To mark the end of the semester, we decided to organize a field trip with some good old antenna rigging and barbecue on Saturday 8th of June. Our members have been busy with exams lately and many will soon go on summer holiday, so we thought it’d be nice to gather one last time before the summer.

The trip had two purposes: First and foremost to gather our members outside of the settings in which we normally meet, and secondly to rehearse setting up our Spiderbeam 20/15/10m antenna prior to Field Day 2019.

We started preparing the antenna parts and tools we would need the night before, so the next day it was mainly a matter of packing it on a flatbed trolley before leaving for Kristiansten Fortress where there is a fairly large recreational park. We started around 3pm, and the walk there took about 30 minutes including a stop at a grocery store to buy some stuff for the barbecue.

Once at the park, we found a nice spot in the shadow of some trees with a large open area suitable for the antenna and the guy-ropes. We started unpacking, setting up the antenna and firing up the barbecue while waiting for more members to join us.

As expected, it was a smart move to bring along the manual for the antenna, as it consists of many parts which are easily mixed up if not careful. It took us approximately 2 hours to fully set up the antenna, because none of the attendees had much experience with it. But the good news is that, according to people more familiar with it, it can take as little as 30 minutes with some experience. Getting the radio running was easy and took less than 10 minutes.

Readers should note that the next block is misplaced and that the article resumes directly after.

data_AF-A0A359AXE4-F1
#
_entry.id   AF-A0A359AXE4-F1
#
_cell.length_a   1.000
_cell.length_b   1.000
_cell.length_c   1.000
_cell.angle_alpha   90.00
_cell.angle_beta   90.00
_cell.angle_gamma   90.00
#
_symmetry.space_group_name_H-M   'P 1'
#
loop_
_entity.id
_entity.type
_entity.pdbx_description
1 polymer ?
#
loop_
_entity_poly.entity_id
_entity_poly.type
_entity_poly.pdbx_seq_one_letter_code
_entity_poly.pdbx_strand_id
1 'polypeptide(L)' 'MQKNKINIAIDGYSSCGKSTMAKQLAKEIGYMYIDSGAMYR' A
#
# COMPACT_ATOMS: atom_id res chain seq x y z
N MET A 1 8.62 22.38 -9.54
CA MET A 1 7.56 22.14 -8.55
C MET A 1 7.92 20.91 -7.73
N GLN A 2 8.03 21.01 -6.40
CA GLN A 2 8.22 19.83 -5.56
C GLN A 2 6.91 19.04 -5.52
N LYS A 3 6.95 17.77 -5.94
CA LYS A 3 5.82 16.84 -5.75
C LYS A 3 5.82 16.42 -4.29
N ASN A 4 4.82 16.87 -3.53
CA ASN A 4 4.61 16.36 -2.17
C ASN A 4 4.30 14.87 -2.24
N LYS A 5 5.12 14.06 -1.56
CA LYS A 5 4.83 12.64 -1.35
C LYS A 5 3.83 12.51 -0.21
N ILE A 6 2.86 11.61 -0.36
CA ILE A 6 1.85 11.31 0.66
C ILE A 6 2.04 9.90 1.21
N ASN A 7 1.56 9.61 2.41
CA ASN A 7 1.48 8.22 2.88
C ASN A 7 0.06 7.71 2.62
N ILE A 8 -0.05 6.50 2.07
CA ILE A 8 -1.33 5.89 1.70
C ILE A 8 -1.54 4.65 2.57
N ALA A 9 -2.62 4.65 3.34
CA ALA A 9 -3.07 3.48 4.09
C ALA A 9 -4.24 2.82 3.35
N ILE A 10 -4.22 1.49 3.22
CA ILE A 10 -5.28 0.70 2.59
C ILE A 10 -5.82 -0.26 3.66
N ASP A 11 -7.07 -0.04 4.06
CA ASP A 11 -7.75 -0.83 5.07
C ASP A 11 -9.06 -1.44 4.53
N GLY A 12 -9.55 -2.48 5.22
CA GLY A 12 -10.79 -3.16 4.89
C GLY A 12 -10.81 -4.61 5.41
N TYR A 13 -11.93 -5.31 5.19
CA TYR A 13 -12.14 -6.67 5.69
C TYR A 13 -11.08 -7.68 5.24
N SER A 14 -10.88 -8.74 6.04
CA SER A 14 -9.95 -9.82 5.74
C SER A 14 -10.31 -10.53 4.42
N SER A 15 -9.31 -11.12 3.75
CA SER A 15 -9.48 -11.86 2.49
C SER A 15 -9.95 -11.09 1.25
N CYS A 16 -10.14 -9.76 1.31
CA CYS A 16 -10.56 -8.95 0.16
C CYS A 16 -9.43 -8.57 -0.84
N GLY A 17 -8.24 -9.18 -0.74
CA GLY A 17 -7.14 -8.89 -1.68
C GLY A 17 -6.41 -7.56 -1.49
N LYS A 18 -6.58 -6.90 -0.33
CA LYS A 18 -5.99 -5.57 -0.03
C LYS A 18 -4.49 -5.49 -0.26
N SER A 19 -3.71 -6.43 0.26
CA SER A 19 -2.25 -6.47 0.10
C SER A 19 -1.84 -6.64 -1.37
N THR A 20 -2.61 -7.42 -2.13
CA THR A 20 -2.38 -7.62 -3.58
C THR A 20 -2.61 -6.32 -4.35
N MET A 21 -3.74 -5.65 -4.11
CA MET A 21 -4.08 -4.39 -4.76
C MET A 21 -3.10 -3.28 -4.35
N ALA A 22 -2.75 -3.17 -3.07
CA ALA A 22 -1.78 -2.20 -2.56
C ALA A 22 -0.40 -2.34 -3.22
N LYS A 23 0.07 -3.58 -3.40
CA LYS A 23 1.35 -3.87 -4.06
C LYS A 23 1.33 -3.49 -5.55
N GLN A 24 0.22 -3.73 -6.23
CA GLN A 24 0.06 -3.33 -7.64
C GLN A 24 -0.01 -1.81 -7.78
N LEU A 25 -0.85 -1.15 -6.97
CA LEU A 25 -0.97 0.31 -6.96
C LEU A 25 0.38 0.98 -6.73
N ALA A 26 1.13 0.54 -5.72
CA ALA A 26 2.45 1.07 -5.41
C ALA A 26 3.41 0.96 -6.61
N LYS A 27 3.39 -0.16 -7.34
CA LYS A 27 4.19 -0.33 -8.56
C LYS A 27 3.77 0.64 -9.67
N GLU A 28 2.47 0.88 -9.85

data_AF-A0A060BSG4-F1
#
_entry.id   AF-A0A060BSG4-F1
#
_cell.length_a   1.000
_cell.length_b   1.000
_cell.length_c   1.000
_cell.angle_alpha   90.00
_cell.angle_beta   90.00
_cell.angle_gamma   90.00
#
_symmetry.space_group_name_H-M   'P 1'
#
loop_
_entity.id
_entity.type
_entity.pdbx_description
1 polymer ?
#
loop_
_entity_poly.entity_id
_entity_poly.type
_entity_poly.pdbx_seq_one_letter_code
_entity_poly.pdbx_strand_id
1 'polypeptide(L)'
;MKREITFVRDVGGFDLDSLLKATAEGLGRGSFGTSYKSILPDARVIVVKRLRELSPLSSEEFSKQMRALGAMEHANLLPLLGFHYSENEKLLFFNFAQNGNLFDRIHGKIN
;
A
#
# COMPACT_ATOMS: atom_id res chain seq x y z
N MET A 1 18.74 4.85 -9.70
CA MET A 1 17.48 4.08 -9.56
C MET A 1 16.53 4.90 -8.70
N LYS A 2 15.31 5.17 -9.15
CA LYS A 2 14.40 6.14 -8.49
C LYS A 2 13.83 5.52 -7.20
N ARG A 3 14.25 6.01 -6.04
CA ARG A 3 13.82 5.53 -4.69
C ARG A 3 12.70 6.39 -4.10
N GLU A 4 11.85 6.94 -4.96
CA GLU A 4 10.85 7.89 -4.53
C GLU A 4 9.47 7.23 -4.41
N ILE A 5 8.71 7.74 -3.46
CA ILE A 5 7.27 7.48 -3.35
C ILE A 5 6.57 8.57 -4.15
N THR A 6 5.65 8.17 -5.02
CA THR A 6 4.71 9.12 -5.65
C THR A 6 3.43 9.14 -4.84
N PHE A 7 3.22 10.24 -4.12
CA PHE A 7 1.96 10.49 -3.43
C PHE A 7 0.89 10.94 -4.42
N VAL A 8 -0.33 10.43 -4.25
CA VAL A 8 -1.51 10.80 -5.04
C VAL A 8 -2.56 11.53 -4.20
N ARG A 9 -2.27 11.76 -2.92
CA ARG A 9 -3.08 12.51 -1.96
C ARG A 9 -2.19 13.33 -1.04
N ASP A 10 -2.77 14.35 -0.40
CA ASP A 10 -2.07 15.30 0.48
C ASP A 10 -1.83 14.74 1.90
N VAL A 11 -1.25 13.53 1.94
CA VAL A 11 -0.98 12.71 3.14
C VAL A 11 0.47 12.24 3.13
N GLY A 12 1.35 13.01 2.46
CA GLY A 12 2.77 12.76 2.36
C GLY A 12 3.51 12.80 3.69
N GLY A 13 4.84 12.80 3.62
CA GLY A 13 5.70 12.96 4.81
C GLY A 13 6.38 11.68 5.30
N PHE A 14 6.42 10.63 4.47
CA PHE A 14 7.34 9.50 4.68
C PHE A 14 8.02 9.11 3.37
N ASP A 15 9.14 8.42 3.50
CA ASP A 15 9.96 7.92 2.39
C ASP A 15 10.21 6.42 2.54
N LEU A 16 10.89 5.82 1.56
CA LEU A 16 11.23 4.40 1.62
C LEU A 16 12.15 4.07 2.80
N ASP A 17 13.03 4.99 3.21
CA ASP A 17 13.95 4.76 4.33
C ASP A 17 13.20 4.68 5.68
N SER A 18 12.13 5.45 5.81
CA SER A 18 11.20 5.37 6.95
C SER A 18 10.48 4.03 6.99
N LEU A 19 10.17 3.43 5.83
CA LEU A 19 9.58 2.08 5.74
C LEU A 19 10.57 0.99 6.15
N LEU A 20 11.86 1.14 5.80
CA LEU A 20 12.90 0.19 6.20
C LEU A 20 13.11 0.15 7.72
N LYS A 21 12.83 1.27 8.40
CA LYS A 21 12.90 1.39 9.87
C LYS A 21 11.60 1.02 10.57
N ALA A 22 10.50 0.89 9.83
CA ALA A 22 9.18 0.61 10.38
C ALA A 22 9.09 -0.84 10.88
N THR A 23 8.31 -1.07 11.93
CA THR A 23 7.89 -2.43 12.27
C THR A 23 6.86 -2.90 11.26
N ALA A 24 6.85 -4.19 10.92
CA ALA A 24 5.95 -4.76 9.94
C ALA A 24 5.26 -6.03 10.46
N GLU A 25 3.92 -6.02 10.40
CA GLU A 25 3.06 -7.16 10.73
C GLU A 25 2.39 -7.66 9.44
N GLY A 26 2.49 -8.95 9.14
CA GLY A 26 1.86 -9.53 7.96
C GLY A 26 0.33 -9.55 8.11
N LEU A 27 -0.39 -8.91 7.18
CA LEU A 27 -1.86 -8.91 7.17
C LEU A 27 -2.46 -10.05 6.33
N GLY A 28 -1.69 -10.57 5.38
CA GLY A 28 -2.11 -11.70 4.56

After the top part and the antenna base was assembled and joined, we realized we had forgotten to connect the coax to the balun. Fortunately our mountain goat LA2QUA was quick to climb up the pole to connect it and everything went well. Afterwards it was just a matter of extending the pole and making sure it didn’t fall over before it was secured to some king-size tent poles with guy-ropes.

At this point, we all went back to the barbecue and tried to get some QSO’s. Unfortunately though, the conditions on 20m and above were terrible and we didn’t get any contacts this time. Nevertheless, we gained some valuable experience on the Spiderbeam which will no doubt come in handy on Field Day.

When everybody had gotten something to eat and relaxed a bit, it was time for the Fox Hunt. We were two teams with a Yagi-Uda antenna and handheld radio each. Both teams got close, but the last part proved to be exceptionally difficult, as the fox was hidden in a slope of tall grass. In the end even LB1HH who had hidden the fox had to step in and help, and the fox was retrieved at last.

Around 7pm we started packing up and head back to our shack at the Student Society in Trondheim.